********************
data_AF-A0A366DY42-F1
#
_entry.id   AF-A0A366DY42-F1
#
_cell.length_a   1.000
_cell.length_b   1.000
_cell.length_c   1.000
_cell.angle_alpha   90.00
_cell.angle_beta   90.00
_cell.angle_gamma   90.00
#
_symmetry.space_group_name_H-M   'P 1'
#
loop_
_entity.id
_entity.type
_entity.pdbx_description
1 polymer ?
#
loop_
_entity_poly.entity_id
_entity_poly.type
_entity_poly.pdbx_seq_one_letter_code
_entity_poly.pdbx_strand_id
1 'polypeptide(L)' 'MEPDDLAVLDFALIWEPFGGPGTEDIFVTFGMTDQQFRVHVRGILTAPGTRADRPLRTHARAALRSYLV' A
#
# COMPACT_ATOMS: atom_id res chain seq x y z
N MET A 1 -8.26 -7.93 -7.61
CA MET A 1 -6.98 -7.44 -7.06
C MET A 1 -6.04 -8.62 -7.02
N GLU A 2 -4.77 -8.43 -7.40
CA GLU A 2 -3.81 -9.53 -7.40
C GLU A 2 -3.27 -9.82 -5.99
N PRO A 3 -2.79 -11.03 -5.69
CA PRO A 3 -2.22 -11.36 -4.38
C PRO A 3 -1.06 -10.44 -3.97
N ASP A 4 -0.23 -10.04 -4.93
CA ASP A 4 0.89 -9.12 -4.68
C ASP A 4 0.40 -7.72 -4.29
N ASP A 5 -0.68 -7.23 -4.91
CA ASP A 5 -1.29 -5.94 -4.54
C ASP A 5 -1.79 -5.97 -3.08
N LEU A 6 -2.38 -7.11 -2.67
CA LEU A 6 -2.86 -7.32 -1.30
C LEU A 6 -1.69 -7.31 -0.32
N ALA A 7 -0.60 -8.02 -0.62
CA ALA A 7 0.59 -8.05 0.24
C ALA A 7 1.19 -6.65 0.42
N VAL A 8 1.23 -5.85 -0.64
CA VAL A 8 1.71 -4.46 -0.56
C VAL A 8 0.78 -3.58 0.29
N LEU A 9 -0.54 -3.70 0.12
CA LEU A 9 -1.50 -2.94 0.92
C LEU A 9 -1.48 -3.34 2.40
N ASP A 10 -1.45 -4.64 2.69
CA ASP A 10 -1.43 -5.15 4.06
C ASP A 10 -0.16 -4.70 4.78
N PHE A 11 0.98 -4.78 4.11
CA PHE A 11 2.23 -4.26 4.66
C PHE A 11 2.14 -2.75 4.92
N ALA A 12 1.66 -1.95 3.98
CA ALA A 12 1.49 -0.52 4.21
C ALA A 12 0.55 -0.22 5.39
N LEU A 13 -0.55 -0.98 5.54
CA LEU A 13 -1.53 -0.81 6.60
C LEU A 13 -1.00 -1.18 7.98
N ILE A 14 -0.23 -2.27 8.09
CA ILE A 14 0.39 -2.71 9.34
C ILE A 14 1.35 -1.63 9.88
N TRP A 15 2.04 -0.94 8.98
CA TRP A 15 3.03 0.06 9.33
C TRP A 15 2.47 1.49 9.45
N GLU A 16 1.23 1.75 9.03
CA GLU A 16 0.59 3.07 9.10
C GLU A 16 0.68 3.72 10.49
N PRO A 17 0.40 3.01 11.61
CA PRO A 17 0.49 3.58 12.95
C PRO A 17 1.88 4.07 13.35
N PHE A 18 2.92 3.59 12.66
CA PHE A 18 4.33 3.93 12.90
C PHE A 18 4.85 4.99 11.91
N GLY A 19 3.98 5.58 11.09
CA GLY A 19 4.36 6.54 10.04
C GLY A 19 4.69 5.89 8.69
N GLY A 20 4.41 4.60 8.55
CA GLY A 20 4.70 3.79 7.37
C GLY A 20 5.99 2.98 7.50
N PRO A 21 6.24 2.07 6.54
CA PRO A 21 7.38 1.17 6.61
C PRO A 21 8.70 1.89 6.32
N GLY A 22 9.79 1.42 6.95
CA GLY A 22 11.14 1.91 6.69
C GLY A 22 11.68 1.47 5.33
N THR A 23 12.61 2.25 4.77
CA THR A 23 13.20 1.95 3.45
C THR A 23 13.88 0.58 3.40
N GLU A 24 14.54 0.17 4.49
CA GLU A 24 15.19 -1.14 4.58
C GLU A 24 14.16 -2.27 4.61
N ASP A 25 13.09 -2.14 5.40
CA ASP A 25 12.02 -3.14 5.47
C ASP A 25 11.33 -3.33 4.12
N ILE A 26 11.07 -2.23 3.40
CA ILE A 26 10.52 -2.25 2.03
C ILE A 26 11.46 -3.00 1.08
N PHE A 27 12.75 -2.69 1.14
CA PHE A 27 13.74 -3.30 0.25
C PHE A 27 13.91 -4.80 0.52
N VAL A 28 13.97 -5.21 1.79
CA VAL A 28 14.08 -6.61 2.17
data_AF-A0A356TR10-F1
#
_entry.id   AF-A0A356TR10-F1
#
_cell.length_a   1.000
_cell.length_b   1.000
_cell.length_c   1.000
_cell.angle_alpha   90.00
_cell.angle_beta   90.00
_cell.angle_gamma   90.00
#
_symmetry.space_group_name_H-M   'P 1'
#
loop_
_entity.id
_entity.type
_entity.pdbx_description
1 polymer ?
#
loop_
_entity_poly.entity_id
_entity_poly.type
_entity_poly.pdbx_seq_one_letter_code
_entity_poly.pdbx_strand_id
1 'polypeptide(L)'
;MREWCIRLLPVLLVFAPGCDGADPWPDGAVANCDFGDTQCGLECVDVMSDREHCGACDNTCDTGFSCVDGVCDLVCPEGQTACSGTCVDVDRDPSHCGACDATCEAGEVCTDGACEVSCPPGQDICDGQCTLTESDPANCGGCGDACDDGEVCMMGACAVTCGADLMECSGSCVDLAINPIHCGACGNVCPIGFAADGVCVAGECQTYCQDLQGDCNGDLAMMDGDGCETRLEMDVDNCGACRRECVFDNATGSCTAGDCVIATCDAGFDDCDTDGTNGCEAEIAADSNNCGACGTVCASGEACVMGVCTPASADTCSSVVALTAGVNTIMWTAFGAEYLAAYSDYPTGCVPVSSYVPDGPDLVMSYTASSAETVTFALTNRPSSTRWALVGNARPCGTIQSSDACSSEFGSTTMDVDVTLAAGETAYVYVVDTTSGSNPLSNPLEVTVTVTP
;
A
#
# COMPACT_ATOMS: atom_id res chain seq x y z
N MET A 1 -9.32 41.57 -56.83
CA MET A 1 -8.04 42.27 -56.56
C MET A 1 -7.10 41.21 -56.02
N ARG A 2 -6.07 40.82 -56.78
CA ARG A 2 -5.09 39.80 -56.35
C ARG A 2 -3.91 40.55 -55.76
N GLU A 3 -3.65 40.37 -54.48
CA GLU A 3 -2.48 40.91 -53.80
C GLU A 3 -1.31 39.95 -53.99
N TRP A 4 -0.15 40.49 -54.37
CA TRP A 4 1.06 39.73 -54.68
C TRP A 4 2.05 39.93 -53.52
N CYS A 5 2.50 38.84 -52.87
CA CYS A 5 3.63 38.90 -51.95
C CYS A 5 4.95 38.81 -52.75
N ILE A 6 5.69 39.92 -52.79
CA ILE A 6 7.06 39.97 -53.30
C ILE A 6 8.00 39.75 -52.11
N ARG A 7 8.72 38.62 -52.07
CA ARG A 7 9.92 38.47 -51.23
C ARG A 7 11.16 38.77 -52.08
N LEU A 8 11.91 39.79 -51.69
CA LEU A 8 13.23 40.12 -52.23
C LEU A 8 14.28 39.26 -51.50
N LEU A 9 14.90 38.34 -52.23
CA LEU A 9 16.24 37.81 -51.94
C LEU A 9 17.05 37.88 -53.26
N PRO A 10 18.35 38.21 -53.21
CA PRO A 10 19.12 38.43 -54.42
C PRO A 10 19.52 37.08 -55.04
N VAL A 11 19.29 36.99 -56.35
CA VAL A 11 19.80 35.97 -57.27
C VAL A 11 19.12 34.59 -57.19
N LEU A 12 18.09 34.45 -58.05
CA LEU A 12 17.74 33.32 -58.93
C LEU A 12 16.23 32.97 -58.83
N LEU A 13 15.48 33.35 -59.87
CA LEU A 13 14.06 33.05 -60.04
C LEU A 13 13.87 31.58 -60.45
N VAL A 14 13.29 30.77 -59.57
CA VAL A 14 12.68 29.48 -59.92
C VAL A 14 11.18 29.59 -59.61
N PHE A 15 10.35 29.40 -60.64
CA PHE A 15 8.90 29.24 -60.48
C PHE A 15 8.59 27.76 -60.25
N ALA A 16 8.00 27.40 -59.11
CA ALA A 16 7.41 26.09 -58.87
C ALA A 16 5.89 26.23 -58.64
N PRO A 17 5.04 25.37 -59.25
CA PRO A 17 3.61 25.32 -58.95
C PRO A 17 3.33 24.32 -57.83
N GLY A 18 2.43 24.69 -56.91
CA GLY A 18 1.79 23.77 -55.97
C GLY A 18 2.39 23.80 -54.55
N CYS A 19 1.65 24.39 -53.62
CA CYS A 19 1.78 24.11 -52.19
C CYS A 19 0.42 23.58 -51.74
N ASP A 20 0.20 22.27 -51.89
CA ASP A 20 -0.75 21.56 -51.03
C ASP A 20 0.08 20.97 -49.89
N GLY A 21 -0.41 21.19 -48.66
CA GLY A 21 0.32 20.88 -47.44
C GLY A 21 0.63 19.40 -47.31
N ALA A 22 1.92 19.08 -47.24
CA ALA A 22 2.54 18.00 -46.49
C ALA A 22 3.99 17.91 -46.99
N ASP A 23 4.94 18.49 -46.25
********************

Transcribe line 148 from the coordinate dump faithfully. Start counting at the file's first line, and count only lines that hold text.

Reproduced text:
CA GLU A 3 -2.48 40.91 -53.80